Anyone who’s been deep in the job hunt knows that the process can be grueling. The coffee dates, networking events, resume revisions, interview prep—the entire process can be a mental and emotional roller coaster. When your confidence starts to sag, try these tips for maintaining an optimistic outlook.

1. Silence Your Self-Doubt

If a promising job lead turns cold or that “perfect” role just doesn’t pan out, it can be easy to succumb to self-doubt. Make a concerted effort to silence your negative thoughts—they can subconsciously affect your interview performance, when you really need to put your best foot forward.

A study published in the Personality and Social Psychology Bulletin suggests that positive affirmations can be a useful tool in calming frazzled nerves. The study noted that participants who immediately called to mind personal career strengths also demonstrated more confidence in a high-pressure situation.

Write down a list of your strengths or best assets. When negative thoughts threaten to creep in, revisit this list and actively swap out each downer thought for a positive affirmation. Think of it as a push-up, but for your self-esteem. With practice and dedication, a confident mindset will be your default setting.

[Related: Search the latest job openings on Aprés]

2. Draw from the Energy of Others

Leaders who achieve extraordinary results are less focused on themselves than they are on others, according to a survey of 500 global leaders by Gap International. So how can you apply this concept to the job search?

Find a friend, former colleague, or even a group of women who are in your same job-hunting position. Besides the emotional support and motivation you will give each other, you will broaden your reach by having someone else looking out for you: share job opportunities that are right for her, make connections to others who can help your job-search mate out. Pay it forward and you will reap the rewards.

3. Channel Superhero Strength

Though a beleaguered job seeker might feel like the polar opposite of Wonder Woman, she can still draw inspiration from superhero-style body language.

You may already know about social psychologist Amy Cuddy, but how often do you put her research to practice? Cuddy’s research indicates that simply pretending to be powerful contributes to actually feeling powerful. In other words, there’s real science to the idea of faking it till you make it!

Her study noted that people who physically assumed high-power poses (like stretching arms out in victory or holding hands on their hips) for only two minutes showed a 20 percent increase in testosterone and a 25 percent decrease in cortisol, the stress hormone. Meanwhile, people who held low-power poses showed a 10 percent decrease in testosterone, a hormone associated with risk tolerance, and a 15 percent increase in cortisol.

Job hunting is made up of many little stressful moments, from networking dates to the simple act of pressing send on a job application. And as Cuddy points out, power is all about how you react to stress—and stress is tied to self-confidence. Why not get a superhero boost every now and then?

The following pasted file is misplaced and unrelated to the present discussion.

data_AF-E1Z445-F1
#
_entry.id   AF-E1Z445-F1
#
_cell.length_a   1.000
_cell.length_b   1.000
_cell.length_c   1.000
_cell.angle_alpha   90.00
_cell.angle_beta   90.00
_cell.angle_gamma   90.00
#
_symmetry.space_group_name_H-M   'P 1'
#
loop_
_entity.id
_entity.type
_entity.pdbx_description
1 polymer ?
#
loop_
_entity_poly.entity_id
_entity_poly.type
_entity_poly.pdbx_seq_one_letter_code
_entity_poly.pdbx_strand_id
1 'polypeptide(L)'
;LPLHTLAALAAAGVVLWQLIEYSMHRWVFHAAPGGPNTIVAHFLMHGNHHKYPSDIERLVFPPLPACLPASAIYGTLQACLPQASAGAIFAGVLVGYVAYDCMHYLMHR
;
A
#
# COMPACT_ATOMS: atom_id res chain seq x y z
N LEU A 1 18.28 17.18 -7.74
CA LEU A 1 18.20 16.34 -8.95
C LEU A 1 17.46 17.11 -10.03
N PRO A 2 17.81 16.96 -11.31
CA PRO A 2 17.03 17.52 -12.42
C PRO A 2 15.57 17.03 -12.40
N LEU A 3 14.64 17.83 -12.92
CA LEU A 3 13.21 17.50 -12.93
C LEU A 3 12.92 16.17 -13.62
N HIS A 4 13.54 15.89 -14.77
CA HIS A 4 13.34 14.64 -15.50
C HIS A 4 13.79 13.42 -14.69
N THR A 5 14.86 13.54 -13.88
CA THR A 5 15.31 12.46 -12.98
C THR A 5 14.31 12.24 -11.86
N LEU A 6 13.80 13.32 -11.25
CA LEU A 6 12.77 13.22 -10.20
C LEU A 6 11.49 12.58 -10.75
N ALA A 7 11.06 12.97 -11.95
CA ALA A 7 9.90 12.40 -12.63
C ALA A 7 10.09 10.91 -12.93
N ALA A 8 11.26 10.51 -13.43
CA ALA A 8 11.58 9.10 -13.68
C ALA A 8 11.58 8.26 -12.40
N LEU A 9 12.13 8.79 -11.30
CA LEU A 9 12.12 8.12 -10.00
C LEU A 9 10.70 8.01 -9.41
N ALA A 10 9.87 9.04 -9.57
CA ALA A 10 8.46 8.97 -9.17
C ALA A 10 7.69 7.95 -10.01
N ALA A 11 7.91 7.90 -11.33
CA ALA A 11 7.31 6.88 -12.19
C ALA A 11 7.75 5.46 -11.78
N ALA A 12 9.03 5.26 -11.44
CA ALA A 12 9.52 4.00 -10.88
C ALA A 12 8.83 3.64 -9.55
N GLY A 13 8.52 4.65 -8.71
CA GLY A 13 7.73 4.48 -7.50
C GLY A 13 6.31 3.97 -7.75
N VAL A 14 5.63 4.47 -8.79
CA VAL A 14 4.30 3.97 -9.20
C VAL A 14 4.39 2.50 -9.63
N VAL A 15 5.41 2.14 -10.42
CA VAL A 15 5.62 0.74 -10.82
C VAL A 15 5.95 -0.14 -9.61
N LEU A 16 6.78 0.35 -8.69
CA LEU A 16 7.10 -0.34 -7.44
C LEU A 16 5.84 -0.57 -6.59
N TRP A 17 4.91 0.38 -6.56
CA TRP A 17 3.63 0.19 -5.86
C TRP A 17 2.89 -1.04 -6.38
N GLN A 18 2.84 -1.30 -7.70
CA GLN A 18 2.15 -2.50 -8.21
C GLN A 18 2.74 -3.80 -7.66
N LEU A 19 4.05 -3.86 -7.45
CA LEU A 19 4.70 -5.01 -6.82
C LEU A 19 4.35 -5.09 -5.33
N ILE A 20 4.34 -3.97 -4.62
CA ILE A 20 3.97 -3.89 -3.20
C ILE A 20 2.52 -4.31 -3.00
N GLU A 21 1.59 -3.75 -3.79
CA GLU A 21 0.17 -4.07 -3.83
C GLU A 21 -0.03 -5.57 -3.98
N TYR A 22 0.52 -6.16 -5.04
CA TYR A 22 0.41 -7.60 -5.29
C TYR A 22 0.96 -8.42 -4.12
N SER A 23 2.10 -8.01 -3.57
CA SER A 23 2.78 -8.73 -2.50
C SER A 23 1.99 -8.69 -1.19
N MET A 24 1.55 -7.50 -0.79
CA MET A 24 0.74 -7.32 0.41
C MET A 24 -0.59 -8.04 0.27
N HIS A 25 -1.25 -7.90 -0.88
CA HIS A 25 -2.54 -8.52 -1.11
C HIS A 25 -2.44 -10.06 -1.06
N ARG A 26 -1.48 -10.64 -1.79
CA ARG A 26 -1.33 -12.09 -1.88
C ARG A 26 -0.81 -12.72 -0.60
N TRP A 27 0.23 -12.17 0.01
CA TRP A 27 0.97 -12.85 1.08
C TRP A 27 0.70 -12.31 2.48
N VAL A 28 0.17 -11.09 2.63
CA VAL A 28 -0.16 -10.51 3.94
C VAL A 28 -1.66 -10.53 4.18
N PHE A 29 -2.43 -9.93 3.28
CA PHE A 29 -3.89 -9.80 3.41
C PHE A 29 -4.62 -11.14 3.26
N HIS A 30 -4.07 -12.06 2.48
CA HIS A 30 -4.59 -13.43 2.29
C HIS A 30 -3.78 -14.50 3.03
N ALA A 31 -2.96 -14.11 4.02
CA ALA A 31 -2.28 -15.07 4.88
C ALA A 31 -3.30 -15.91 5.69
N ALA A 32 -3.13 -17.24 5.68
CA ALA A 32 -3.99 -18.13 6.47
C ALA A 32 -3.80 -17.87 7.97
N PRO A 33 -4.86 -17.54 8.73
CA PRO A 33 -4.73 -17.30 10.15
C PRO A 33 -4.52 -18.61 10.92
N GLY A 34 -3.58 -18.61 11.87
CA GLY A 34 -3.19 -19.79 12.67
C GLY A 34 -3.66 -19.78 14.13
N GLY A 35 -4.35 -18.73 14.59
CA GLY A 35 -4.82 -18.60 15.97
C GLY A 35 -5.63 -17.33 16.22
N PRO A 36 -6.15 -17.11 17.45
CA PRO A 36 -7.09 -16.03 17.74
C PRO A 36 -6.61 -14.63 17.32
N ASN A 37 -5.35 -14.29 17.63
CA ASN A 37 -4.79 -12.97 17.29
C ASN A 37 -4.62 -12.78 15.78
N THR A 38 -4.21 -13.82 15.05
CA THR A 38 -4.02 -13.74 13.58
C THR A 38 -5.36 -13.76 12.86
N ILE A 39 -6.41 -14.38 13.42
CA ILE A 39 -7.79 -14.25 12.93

4. Prioritize Physical Activity

It can be far too easy to hunker down so deep in a job search that you forget to come up for air. An afternoon yoga class can feel like an undeserved treat if you haven’t made enough headway that day.

Before you find yourself chained to your computer on self-imposed house arrest, remember that exercise may actually have a positive effect on your self-confidence. A study in the Journal of Physical Activity and Health says physical activity has been linked to increased levels of self-esteem, antidepressant and anxiety-reducing effects, gaining confidence, and learning about positive and negative emotions and strategies for regulating them.

And once you do land that dream job and wind up wrestling with less hours in the day, don’t forget to reference these tips for how to stay true to your exercise routine.

5. Pump Up the Bass

Who hasn’t played dance-heavy tunes while getting dressed for a big social event? Or blasted a song in your headphones and felt like queen of the world? Scientists speculate that the key element in high-power music—which subconsciously generates a sense of power in the listener—is the bass level.

Studies have connected the bass sound, such as a deep voice, with dominance. Furthermore, pop culture connects the dots for us by applying resonant voices with confident characters and thin voices with less secure characters (think of the stereotypical high school jock vs. the nerd). Make a playlist of your best mood-boosting jams and turn it up any time you need a boost.

6. Have a Clear Vision for Your Success

What’s that age-old interview question: Where do you see yourself in 5 years? It’s a nail-biter as-is, and an even tougher question if your last 5 years took a path you never expected.

Employers aren’t trying to make you suffer for fun (we hope). They seek to understand whether the prospective employee has a concrete vision for herself, a sense of self-understanding, a solid ambition, and idea of how to execute her goals. Right now, it’s okay if you don’t have the rest of your life plotted out. But having an idea of what success looks like to you is crucial in making it happen. So let yourself dream, then use that as a compass to pare down your goals to settle on a plan.